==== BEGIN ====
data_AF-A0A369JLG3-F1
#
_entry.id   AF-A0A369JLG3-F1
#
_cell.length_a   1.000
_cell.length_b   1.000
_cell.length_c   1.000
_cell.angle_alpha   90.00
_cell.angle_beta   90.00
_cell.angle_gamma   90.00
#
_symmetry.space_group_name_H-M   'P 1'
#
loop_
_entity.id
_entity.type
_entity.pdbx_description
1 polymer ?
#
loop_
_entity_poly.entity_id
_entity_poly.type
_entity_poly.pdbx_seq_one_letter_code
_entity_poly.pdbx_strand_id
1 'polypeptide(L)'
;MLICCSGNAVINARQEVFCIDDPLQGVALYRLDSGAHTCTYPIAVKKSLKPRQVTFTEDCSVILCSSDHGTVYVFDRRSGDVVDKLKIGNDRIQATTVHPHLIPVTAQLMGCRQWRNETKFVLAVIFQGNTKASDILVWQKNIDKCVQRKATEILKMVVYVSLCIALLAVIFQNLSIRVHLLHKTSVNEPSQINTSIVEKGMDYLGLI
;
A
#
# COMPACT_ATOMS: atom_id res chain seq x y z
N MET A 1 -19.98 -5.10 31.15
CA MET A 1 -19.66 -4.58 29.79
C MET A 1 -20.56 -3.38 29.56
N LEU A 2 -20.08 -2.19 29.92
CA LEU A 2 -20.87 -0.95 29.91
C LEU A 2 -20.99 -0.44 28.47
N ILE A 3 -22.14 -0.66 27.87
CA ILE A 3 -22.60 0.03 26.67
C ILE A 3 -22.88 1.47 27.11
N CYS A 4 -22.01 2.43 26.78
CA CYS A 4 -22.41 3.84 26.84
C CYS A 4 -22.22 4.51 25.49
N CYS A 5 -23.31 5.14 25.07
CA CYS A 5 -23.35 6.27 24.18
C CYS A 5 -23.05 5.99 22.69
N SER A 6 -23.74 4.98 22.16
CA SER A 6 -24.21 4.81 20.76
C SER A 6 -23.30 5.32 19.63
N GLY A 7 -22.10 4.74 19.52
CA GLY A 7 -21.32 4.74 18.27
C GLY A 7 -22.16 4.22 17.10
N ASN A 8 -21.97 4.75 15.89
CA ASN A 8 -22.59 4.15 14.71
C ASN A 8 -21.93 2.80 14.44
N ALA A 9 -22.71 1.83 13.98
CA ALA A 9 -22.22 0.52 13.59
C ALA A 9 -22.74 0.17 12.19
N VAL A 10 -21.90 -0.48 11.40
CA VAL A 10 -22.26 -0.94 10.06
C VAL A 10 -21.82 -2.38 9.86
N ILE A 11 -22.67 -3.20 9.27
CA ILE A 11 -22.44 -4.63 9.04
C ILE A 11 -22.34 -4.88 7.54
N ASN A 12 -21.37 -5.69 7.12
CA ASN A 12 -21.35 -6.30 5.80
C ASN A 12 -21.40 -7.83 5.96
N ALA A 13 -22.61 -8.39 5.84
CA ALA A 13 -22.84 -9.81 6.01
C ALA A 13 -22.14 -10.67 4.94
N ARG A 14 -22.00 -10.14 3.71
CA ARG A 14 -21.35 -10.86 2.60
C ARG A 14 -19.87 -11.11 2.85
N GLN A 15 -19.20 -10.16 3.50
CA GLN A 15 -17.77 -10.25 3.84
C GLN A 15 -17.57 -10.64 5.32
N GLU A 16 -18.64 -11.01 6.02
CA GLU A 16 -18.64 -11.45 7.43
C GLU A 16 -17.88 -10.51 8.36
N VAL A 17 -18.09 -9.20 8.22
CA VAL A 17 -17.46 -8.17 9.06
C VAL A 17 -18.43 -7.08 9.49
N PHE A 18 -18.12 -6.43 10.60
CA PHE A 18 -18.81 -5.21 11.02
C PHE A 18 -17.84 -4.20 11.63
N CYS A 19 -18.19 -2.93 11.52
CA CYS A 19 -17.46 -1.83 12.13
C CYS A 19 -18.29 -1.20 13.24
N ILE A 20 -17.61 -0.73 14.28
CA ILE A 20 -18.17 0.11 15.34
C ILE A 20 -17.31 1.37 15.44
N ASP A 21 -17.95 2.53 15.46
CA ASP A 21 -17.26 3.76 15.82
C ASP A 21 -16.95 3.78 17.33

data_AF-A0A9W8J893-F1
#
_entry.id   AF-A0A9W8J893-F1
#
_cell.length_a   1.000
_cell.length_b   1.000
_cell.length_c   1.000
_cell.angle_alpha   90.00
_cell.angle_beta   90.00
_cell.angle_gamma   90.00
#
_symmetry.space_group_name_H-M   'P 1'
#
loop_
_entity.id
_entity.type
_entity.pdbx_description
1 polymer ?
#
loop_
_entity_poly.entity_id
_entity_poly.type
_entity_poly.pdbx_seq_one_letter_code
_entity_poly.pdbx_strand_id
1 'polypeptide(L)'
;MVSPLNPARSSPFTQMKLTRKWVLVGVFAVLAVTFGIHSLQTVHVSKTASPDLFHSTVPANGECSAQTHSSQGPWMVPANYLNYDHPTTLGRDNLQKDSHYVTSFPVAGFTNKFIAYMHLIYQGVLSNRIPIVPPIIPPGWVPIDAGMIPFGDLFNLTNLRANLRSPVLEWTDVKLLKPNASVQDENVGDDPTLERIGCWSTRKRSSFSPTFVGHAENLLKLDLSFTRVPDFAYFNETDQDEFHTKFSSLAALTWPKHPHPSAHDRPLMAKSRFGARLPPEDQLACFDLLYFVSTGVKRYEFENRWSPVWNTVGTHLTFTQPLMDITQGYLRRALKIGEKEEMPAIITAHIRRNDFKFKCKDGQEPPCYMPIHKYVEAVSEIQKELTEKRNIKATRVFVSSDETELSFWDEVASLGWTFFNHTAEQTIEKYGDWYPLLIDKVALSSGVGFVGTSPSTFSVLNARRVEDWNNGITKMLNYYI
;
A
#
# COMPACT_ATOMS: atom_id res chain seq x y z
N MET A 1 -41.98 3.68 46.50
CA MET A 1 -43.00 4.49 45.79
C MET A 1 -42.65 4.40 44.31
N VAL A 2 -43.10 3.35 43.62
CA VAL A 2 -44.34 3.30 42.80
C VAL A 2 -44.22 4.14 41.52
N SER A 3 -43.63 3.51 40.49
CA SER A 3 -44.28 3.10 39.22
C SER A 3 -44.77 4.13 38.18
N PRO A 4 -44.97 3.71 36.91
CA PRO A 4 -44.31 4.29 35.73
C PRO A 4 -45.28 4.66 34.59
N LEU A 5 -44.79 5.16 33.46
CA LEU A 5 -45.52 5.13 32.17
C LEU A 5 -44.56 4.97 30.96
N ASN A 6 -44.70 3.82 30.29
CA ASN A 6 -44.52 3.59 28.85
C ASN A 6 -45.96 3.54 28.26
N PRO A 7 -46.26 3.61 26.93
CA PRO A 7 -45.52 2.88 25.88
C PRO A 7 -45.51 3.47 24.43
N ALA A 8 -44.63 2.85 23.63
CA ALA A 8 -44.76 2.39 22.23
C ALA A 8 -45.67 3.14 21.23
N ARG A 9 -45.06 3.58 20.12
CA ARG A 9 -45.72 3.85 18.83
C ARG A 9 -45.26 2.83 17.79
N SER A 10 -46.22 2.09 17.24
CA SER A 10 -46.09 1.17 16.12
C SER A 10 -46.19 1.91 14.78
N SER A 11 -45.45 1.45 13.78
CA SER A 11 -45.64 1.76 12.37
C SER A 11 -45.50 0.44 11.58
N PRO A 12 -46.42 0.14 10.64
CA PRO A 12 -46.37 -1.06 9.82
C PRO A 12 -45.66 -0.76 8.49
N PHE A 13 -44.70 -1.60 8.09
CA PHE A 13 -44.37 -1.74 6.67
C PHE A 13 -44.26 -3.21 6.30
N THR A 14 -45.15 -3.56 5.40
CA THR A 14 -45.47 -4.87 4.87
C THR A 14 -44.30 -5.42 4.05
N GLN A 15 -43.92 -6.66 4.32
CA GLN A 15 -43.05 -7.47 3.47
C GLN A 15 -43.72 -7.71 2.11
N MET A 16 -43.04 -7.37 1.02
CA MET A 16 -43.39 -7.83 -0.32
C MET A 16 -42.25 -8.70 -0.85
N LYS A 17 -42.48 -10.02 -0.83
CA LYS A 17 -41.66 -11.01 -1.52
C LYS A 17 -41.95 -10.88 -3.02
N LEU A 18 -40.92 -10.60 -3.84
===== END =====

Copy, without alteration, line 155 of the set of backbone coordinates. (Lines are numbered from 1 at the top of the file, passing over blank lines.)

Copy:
CA SER A 11 -45.64 1.76 12.37